Sandbox to Society: Fostering Innovation in Southeast Asia

To enable a thriving digital ecosystem, innovation should happen at all levels. While technology and business model innovations are happening at a rapid pace, policy and regulatory innovation should also be encouraged to ensure that the digital ecosystem remains safe for all. This study provides an landscape review of sandbox initiatives in the SEA-6. The aim is to provide an overview of one type of policy innovation employed by government stakeholders to encourage technology and business model innovation in a responsible way.

Southeast Asia’s digital economy continues to grow at an unprecedented rate due to the rapid pace of digital adoption in the region. To help solve societal problems, businesses in sectors such as finance, transport, health, and education are leveraging innovative solutions. Consequently, a wide range of digital goods and services have entered the market. However, technological advancement also poses new risks to its users, especially those who are coming online for the first time.

To safeguard society from the unintended consequences of technology, governments across Southeast Asia have actively been exploring diverse regulatory instruments – among which is the implementation of regulatory sandboxes.

Regulatory sandboxes is an instrument that enables regulators to foster innovation in a safe and responsible way, while creating a safe space for closer dialogue between regulators and businesses in various industries. Sandboxes can create opportunities for deeper regulatory learning, and empower regulators to take a more adaptive and anticipatory approach to regulation.

To maximise the potential of regulatory sandboxes in building an inclusive digital ecosystem,  it is imperative that we discuss the effectiveness of current sandbox initiatives in fulfilling the intended objectives and explore opportunities for further adaptation, along with managing risks and innovation in certain sector appliances.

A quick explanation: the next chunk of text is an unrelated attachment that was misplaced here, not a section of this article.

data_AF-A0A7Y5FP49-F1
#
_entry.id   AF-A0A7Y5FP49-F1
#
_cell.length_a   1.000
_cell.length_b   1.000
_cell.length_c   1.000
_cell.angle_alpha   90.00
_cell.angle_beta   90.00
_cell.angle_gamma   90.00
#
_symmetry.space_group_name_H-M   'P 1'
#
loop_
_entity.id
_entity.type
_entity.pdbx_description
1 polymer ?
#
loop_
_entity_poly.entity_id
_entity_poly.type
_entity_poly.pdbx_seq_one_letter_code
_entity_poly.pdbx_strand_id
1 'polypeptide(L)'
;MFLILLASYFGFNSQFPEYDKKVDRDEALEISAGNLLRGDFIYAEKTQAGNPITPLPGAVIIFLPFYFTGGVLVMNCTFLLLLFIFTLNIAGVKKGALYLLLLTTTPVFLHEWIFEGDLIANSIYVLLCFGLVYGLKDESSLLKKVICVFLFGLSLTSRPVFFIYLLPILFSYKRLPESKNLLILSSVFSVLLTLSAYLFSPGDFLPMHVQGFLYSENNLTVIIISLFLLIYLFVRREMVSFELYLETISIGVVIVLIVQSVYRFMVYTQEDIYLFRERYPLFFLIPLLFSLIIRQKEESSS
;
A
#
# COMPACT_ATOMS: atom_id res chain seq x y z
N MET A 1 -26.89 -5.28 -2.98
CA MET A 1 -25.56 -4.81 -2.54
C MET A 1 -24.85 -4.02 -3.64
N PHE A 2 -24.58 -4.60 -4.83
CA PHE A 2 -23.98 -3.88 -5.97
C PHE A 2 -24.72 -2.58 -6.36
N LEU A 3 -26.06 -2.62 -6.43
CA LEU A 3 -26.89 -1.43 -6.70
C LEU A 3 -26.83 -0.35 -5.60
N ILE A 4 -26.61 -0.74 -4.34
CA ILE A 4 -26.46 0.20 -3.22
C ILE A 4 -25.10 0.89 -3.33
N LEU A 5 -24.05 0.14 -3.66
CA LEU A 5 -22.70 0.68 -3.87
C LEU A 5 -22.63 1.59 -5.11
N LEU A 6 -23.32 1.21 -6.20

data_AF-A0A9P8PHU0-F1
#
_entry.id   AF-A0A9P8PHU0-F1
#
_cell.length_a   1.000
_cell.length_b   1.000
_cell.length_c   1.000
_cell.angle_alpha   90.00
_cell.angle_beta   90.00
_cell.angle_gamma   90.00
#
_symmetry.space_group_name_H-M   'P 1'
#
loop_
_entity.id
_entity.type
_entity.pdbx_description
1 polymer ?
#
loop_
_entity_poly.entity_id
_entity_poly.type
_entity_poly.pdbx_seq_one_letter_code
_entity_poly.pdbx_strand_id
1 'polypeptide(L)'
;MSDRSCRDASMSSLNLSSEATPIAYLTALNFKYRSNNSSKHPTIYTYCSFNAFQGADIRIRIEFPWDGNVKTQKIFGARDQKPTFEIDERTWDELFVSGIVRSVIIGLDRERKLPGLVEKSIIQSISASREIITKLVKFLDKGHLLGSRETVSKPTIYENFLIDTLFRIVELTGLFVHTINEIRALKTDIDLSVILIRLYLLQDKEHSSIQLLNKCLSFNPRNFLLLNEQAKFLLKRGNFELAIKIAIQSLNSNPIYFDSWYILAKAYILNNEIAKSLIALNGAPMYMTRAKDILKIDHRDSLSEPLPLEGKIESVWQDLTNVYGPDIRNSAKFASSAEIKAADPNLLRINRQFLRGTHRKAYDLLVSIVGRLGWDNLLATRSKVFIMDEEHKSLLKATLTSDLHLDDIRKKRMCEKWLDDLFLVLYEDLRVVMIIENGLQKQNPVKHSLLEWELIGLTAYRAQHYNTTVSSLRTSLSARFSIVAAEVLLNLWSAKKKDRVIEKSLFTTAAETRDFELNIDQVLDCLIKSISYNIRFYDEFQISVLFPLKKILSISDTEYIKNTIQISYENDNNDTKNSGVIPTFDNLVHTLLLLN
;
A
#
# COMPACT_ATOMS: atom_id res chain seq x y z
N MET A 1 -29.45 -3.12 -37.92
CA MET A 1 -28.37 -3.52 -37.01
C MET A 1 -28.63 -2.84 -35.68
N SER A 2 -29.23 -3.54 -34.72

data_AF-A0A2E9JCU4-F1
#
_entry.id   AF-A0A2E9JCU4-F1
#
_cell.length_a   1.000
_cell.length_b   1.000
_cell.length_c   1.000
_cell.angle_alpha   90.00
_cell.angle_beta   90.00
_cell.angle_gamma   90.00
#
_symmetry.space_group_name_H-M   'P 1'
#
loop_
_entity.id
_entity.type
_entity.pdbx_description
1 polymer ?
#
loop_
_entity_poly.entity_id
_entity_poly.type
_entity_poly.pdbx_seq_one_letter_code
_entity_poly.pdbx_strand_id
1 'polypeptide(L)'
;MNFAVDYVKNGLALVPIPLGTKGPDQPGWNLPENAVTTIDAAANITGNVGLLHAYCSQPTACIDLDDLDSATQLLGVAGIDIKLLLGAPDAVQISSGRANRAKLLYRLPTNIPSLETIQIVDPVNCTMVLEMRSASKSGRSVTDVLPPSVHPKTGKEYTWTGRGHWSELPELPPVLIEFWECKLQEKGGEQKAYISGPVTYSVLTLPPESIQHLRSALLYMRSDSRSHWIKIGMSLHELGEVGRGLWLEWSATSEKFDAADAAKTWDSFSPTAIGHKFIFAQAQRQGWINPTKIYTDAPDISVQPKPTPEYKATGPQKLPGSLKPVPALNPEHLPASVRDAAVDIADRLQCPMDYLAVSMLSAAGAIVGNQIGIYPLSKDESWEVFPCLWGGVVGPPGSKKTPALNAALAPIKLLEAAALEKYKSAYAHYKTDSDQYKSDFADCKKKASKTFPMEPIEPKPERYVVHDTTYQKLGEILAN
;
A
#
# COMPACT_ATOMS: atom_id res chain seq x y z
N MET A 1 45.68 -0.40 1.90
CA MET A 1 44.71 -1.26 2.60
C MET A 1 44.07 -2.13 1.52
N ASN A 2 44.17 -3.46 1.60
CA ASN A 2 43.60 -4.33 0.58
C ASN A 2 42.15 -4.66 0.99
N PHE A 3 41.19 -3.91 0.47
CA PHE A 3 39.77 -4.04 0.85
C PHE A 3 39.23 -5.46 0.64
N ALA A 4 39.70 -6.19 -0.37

This paper builds on the World Bank’s and Nesta UK’s framework on the typologies of sandboxes and is adapted to reflect Southeast Asia’s context. The paper aims to provide an overview of the current sandbox initiative in six Southeast Asian countries: Indonesia, Malaysia, Philippines, Singapore, Thailand and Vietnam (collectively known as “SEA-6”).

We are hopeful that a comprehensive understanding of the current trends of regulatory innovation in Southeast Asia will enable policymakers, business leaders, and academics to continue insightful conversation and productive collaboration to improve the implementation of sandboxes in the region.

Key Takeaways:

While regulatory sandboxes were pioneered in the United Kingdom, it made its way to Southeast Asia from as early as 2016. Since then, the momentum to deploy sandboxes has been building continuously, with more than half of the sandboxes in the region launching in 2020 or later. In line with global trends, sandboxes in the region have gained the most traction in the financial technology sector. Other sectors have started to explore sandbox practices, including transportation, healthcare, drones, robotics, artificial intelligence (AI) and more.

For example, Singapore’s privacy-enhancing technologies (PET) and generative AI sandboxes show the country’s focus on emerging technologies. The Philippines implements an agricultural insurance sandbox to protect its farmers, whereas Malaysia operates a drone sandbox to further position the country as the drone hub of Southeast Asia.

Almost 90% of the sandboxes in the region are focused on product development. Currently, only a few include policies or regulations as a desired outcome. This indicates a presently untapped opportunity for regulators to utilise sandboxes for regulatory learning and policy adoption, particularly in dealing with emerging technologies where the attendant’s risks and opportunities are difficult to predict.